 All mains extension leads should be regularly tested by suitably qualified persons with regard to their safe condition and suitability for the intended purpose prior to use in clinical environments.

There appears to be no specific Multiple Portable Socket-Outlet inspection and testing requirements or advice. Adopting the philosophy that a Multiple Portable Socket-Outlet block is a flexible (spur) extension of the electrical mains installation, tests and checks to demonstrate compliance to BS7671 may be appropriate.

The Following test protocol was derived from various references e.g. The Electricians Guide to the 16th Edition IEE Regulations by J Whitfield ; www.pat-testing. by www.plugtest.co.uk: EN 60601-1-1:2001; EN 60601-1 : 1990.

All test equipment used should conform to the appropriate British Standard safety specification (BS EN 61010 for electronic types, and BS 5458 for electrical instruments).

Draft suggested multiple socket board checks/tests

Visual Inspection :- Mains Plug; Flexible cable; Distribution block
Identify signs of:- damage, overheating, burning odours, fluid ingress, where appropriate indicator neon and switch functions.

Internal inspection; cord security, polarity, connections, correct size fuses (appropriate to rating for cable and equipment power consumption), BS, IEC 60884-1 marked, security of covers, anchorage at the equipment/trolley.

Protective conductor continuity
 All protective and bonding conductors must be tested to ensure that they are electrically safe and correctly connected. The test resistance is measured between the mains plug earth pin and each of the distribution socket earth terminals.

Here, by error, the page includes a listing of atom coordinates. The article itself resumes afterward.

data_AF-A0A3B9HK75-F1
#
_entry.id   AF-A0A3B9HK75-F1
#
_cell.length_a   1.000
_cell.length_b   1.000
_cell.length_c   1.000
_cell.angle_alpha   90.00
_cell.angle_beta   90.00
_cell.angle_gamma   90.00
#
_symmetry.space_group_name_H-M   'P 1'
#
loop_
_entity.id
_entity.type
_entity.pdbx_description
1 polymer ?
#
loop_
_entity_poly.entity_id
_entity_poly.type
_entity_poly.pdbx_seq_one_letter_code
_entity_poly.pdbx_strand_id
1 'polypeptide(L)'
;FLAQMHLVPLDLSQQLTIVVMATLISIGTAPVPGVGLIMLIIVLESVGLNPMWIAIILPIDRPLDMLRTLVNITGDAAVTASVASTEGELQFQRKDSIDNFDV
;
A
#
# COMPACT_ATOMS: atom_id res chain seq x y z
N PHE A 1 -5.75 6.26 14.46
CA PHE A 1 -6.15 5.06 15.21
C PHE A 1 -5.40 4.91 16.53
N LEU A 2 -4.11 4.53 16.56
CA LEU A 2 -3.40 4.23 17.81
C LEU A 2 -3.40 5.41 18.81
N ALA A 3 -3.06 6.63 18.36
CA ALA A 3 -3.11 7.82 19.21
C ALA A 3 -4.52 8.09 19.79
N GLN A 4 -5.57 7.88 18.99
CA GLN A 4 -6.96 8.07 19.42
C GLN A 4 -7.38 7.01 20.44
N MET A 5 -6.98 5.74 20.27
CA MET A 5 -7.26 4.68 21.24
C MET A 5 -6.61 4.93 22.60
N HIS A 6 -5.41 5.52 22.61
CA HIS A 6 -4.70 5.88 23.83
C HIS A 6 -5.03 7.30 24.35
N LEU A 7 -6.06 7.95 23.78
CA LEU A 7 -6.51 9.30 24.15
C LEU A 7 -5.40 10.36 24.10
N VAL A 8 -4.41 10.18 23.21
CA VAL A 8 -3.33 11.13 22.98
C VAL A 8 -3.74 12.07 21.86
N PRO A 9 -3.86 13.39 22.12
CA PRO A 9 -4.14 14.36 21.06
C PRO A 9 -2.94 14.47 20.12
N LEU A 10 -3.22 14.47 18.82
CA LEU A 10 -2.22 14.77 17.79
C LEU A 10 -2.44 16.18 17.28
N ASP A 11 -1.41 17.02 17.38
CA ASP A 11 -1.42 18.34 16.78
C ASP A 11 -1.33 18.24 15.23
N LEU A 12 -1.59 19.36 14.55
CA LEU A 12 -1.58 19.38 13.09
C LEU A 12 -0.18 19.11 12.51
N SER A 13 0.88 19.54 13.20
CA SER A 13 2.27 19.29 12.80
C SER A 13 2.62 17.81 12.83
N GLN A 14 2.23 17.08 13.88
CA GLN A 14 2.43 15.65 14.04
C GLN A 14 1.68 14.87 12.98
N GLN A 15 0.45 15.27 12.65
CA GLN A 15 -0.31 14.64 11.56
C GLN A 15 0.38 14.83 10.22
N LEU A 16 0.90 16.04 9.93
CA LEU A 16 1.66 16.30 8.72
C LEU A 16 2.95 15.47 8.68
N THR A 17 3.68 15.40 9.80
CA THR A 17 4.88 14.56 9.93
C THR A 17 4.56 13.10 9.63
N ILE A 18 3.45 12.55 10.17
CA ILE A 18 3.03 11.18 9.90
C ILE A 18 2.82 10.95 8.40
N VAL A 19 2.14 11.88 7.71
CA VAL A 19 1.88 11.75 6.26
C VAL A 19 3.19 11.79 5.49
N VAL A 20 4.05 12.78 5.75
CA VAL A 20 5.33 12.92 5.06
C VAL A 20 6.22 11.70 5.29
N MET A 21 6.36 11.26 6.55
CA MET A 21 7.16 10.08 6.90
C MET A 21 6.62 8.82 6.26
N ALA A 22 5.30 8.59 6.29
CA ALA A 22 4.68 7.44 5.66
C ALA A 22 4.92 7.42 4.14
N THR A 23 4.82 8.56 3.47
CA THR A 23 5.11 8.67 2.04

 Any accessible metal parts which could become live in the case of failure in basic insulation should be checked.

The Pass readings should normally be less than 0.1 Ohms

A standard low resistance ohmmeter Instrument conforming to BS EN 61557-4 will comply.
Basic instrument accuracy required is +/- 5%
Test voltage ac or dc, between 4 V and 24 V
Test current not less than 200 mA
Able to measure to within 0.01 Ohms (resolution of 0.01)

Testing insulation resistance
A low resistance between phase and neutral conductors, or from live conductors to earth, will result in leakage currents, the resistance between poles or to earth must never be less than 20 M Ohms.
Mains fuses must be housed and intact, and any distribution block switches in the On position.
Where Neon indicators are in circuit erroneous readings may de observed.

Insulation resistance tester
Test voltage 500 Vdc
Capable of delivering a current of 1 mA
Basic instrument accuracy required is +/-5%

The insulation resistance between all three conductors, LINE to NEUTRAL and LINE/NEUTRAL to EARTH should be measured using a 500 V dc test supply, the measured resistance should normally be greater than 20M Ohms, lower readings require further investigation.

Separating transformer
Separating transformers shall be of class 1 construction and comply with the requirements of IEC60989. They require to be tested as a class 1 item of medical equipment.


Bill
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Any suggestions where I can obtain mutiple socket extensions compliant to IEC60884-1 and the necessary regulations in IEC 60601-1-1:2001(pg 26)

In the past I have purchased the robust one in the RS catalogue (stock number 193-809 pg 1-480), however I am not sure if it meets the above regulations and neither can RS tell me!!!!! HELP


Failure to Prepare is to Prepare for Failure
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RoJo Offline OP
Hero
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Hero